Archive 1

Is there an error in the article? 

Is there an error in the article? I found a link mentioning one but couldn't make the corrections because the article was locked. Tiria Wildlough File:Coaslyth.jpg Owl Reception 21:22, March 7, 2016 (UTC)

If you could actually point out what the error is, then it would be useful. Simply stating "there's an error on the page, someone fix it", without actually mentioning the error, is not very useful to other editors. --Sajuuk 21:28, March 7, 2016 (UTC)

1717 is not the middle ages

"The Cruciatus, Imperius, and Avada Kedavra Curses were not made "unforgivable" until 1717."

—The curse became illegal in the Middle Ages

Just a small thing, but the year 1717 is not the Middle Ages. Shouldn't it be changed to the Early Modern Era (or something along those lines). It's a nitpick I know but it has been bugging me.Scopatore (talk) 23:02, March 25, 2016 (UTC)

IMO killing curses cannot destroy horcruxes

IMO killing curses cannot destroy horcruxes.

At the moment of writing this comment, the article states that horcruxes can be destroyed using a killing curse. That doesn't make any sense since it would have been fairly easy for Harry to use it on the snake. Harry had a couple chances to do that. Sure he wouldn't approve of such spell but given the circumstances he would have made an exception and get rid of a horcrux if it was that easy. But instead he went great lengths to find the sword or basilisc fangs.

The example you mention about Voldemort destroying the horcrux in Harry, using a killing curse, I've always interpreted in a different way. My interpretation is that destroying a horcrux is not a difficult task for the owner of the horcrux. If the horcrux is an object, use any means of destroying the object and it should work. The object shouldn't present any kind of weird protection like it does when someone else tries to destroy it. And if it's a living thing, then the killing curse will suffice.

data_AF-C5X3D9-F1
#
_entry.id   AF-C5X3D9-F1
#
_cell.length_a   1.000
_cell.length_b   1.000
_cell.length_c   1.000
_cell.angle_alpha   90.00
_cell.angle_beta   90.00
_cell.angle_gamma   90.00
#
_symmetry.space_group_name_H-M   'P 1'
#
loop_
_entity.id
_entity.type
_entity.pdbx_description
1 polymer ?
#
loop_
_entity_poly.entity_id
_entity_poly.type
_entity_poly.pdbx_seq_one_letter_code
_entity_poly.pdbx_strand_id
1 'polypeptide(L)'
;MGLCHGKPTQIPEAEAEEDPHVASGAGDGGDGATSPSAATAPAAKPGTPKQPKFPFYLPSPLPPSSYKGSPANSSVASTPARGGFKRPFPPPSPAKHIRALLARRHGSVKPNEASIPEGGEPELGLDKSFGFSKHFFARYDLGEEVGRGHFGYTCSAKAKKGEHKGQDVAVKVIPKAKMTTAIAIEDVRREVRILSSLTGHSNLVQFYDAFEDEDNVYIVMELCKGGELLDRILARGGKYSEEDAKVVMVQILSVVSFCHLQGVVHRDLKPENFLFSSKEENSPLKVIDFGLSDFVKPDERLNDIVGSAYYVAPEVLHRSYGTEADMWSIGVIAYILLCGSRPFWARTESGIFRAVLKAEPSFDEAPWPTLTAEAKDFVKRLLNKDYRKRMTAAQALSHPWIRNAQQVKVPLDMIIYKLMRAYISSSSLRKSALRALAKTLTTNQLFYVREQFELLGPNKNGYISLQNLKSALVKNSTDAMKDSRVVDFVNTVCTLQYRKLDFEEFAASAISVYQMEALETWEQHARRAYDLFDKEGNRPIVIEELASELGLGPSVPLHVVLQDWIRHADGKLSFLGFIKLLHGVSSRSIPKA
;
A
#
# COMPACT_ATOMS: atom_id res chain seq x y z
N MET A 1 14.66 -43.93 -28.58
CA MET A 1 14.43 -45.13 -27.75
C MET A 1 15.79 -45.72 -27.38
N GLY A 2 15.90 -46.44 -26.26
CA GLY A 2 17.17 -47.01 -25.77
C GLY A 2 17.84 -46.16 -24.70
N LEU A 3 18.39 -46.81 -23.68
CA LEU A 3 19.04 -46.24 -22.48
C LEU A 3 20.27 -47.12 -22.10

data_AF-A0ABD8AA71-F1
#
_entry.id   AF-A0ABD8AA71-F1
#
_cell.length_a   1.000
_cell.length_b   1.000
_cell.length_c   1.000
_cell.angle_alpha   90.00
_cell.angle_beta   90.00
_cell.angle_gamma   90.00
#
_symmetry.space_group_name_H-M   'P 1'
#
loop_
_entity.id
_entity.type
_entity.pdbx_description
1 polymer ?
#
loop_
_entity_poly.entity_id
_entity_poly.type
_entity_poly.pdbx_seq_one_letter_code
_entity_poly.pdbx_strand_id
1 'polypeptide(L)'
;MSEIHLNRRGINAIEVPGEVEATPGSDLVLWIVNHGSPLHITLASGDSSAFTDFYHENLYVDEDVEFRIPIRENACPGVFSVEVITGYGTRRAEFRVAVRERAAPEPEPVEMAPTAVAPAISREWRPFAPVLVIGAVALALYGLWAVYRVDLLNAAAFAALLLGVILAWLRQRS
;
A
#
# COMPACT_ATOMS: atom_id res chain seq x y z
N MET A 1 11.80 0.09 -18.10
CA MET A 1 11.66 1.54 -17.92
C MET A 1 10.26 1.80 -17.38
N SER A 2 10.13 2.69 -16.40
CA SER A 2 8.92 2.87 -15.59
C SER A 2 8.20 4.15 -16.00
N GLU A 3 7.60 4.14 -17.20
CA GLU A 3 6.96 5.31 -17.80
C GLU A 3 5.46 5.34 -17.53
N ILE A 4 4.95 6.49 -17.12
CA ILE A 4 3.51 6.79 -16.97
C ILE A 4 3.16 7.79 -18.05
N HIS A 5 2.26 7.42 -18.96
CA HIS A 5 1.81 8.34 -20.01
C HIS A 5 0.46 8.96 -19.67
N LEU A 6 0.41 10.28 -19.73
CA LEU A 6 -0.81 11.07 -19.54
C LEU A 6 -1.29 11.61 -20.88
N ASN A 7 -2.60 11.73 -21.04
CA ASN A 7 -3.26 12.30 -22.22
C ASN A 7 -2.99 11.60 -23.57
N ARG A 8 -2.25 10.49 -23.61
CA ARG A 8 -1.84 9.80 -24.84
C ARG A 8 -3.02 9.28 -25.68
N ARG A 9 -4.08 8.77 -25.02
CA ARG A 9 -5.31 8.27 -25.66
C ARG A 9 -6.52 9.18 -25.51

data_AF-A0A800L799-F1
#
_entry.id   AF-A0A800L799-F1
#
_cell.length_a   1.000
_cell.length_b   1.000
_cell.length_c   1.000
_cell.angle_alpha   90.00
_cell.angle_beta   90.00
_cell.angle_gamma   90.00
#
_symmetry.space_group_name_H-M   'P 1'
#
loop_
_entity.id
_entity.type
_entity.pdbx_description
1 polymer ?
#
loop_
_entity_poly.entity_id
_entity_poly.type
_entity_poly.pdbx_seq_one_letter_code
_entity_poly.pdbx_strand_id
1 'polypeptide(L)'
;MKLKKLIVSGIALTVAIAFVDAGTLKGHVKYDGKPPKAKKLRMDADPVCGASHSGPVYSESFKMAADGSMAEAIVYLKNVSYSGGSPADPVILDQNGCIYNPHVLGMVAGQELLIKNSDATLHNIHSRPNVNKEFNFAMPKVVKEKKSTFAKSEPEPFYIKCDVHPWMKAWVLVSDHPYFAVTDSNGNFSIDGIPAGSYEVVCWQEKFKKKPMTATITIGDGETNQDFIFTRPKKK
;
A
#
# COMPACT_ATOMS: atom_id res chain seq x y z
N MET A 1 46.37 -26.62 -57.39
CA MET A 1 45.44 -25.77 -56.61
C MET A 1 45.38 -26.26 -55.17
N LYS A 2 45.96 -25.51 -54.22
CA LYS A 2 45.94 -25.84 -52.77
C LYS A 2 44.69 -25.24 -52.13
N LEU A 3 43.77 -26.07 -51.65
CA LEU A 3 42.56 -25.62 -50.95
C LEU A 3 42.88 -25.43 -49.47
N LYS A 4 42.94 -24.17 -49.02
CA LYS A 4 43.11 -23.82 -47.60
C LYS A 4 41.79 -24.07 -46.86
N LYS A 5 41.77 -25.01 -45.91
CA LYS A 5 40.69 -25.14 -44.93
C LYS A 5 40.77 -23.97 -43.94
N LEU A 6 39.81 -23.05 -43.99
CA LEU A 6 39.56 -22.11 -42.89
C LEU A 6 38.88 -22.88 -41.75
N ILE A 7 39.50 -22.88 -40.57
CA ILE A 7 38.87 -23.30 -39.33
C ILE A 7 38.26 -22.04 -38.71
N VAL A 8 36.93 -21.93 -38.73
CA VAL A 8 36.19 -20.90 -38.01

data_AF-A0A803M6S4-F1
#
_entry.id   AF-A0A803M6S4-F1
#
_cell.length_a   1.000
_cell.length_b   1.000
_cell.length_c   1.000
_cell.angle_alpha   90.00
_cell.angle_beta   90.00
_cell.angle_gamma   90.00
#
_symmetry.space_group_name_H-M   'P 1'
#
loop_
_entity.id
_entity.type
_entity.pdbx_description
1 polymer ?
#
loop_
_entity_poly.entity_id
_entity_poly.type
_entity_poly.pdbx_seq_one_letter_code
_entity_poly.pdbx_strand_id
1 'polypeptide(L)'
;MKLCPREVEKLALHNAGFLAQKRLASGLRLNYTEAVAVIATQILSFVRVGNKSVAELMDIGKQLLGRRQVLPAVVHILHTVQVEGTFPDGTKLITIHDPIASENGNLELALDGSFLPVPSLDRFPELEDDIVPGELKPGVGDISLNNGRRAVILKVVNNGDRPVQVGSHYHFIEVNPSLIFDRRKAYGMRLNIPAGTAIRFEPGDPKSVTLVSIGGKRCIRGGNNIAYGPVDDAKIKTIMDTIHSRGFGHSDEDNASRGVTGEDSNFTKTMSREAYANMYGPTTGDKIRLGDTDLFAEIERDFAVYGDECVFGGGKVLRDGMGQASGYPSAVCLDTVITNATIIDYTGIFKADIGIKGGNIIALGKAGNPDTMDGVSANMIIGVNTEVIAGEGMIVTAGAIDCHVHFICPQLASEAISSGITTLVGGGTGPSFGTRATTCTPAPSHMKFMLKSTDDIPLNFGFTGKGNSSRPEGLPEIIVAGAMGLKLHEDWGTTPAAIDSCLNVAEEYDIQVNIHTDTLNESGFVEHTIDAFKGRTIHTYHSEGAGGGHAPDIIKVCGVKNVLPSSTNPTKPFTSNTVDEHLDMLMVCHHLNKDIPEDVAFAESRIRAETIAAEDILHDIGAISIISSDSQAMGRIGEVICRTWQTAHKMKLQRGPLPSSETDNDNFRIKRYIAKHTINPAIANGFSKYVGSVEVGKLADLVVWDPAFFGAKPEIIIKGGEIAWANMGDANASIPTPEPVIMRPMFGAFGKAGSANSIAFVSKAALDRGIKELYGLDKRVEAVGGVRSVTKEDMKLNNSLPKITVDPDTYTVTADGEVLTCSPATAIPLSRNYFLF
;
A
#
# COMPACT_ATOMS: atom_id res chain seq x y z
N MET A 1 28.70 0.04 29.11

One event that backs up this theory is when, in the movie adaptation, Dumbledore tells Snape that Harry is a horcrux and therefore eventually Harry must die, and he also says "and Voldemort himself must do it, this is essential". So this suggests that the killing curse was successful to destroy the part of Voldemort's soul in Harry only because it was cast by Voldemort himself.

I might be wrong of course, but this makes much more sense to me than the killing curse being useful to destroy horcruxes.

Sabapc (talk) 08:51, December 12, 2016 (UTC)

I agree.

Four of the Seven Horcruxes are sentient, with 2 of them (Harry + Nagini) being actually live, walking and talking (If one includes Nagini with Parseltongue) Horcruxes. Whilst the rest put up some sort of physical fight to defend itself. I'd say there is enough sufficient evidence to suggest the killing curse could destroy or at least damage Horcruxes. But why Voldemort should be the only one to 'kill' Harry with the killing curse in order to have him destroy his own Horcrux is strange. Anyone could do it in that point in time.

NotLessOrEqual (talk) 12:21, December 12, 2016 (UTC)  

Perhaps it is possible that the creator of the Horcrux can destroy it in any way that they want, which is why it was pivotal that Voldemort needed to be the one to use the Killing Curse on Harry. It is the only way to prevent the loophole of why everyone else couldn't have used the Killing Curse on Nagini and the objects. I remember reading the line which states Voldemort had to be the one to kill Harry, and wondering why. So I agree that the Killing Curse cannot technically destroy Horcruxes unless it is somehow cast by the one who created them. --Kates39 (talk) 11:38, December 12, 2016 (UTC)

Found out that Ron Weasley also used the spell Avada Kedavra against Voldermort his Snake. (In the movie atleast).

I am not sure about this, because you dont hear him saying it. But it is a green flash what looks like what voldermort uses against Harry on the staircase. I assume this was a succesfull spell as the snake died.

Best Regards,


Nagini died when she was beheaded by Neville.--Rodolphus (talk) 05:57, April 1, 2017 (UTC)